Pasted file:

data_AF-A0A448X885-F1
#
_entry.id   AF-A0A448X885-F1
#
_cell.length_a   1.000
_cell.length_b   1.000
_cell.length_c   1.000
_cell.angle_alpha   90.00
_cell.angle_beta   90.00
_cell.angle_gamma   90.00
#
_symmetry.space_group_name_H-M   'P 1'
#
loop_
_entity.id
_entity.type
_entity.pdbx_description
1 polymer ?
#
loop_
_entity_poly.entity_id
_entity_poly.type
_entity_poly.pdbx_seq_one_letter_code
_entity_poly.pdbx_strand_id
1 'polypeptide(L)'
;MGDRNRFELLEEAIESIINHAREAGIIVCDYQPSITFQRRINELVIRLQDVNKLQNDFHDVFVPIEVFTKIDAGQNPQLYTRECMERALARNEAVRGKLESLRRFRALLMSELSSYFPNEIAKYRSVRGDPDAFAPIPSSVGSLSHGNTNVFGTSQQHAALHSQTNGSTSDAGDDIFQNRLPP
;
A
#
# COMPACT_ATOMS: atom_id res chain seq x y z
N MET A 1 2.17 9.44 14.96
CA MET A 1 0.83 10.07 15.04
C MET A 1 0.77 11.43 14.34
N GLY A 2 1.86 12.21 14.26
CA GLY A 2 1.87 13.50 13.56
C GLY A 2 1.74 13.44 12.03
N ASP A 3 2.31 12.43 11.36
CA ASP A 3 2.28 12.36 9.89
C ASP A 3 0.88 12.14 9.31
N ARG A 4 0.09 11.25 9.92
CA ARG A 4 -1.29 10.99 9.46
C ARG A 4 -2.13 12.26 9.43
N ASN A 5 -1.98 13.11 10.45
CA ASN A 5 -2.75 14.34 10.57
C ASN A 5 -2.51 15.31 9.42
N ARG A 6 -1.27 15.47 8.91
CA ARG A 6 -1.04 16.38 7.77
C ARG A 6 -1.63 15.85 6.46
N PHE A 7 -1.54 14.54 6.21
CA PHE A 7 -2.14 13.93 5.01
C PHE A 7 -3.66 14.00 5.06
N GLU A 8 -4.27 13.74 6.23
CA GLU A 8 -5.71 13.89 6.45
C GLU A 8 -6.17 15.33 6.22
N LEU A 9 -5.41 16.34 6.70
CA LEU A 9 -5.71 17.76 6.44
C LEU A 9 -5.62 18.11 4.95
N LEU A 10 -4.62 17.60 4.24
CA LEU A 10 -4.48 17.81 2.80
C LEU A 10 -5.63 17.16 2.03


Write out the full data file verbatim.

data_AF-A0A448X885-F1
#
_entry.id   AF-A0A448X885-F1
#
_cell.length_a   1.000
_cell.length_b   1.000
_cell.length_c   1.000
_cell.angle_alpha   90.00
_cell.angle_beta   90.00
_cell.angle_gamma   90.00
#
_symmetry.space_group_name_H-M   'P 1'
#
loop_
_entity.id
_entity.type
_entity.pdbx_description
1 polymer ?
#
loop_
_entity_poly.entity_id
_entity_poly.type
_entity_poly.pdbx_seq_one_letter_code
_entity_poly.pdbx_strand_id
1 'polypeptide(L)'
;MGDRNRFELLEEAIESIINHAREAGIIVCDYQPSITFQRRINELVIRLQDVNKLQNDFHDVFVPIEVFTKIDAGQNPQLYTRECMERALARNEAVRGKLESLRRFRALLMSELSSYFPNEIAKYRSVRGDPDAFAPIPSSVGSLSHGNTNVFGTSQQHAALHSQTNGSTSDAGDDIFQNRLPP
;
A
#
# COMPACT_ATOMS: atom_id res chain seq x y z
N MET A 1 2.17 9.44 14.96
CA MET A 1 0.83 10.07 15.04
C MET A 1 0.77 11.43 14.34
N GLY A 2 1.86 12.21 14.26
CA GLY A 2 1.87 13.50 13.56
C GLY A 2 1.74 13.44 12.03
N ASP A 3 2.31 12.43 11.36
CA ASP A 3 2.28 12.36 9.89
C ASP A 3 0.88 12.14 9.31
N ARG A 4 0.09 11.25 9.92
CA ARG A 4 -1.29 10.99 9.46
C ARG A 4 -2.13 12.26 9.43
N ASN A 5 -1.98 13.11 10.45
CA ASN A 5 -2.75 14.34 10.57
C ASN A 5 -2.51 15.31 9.42
N ARG A 6 -1.27 15.47 8.91
CA ARG A 6 -1.04 16.38 7.77
C ARG A 6 -1.63 15.85 6.46
N PHE A 7 -1.54 14.54 6.21
CA PHE A 7 -2.14 13.93 5.01
C PHE A 7 -3.66 14.00 5.06
N GLU A 8 -4.27 13.74 6.23
CA GLU A 8 -5.71 13.89 6.45
C GLU A 8 -6.17 15.33 6.22
N LEU A 9 -5.41 16.34 6.70
CA LEU A 9 -5.71 17.76 6.44
C LEU A 9 -5.62 18.11 4.95
N LEU A 10 -4.62 17.60 4.24
CA LEU A 10 -4.48 17.81 2.80
C LEU A 10 -5.63 17.16 2.03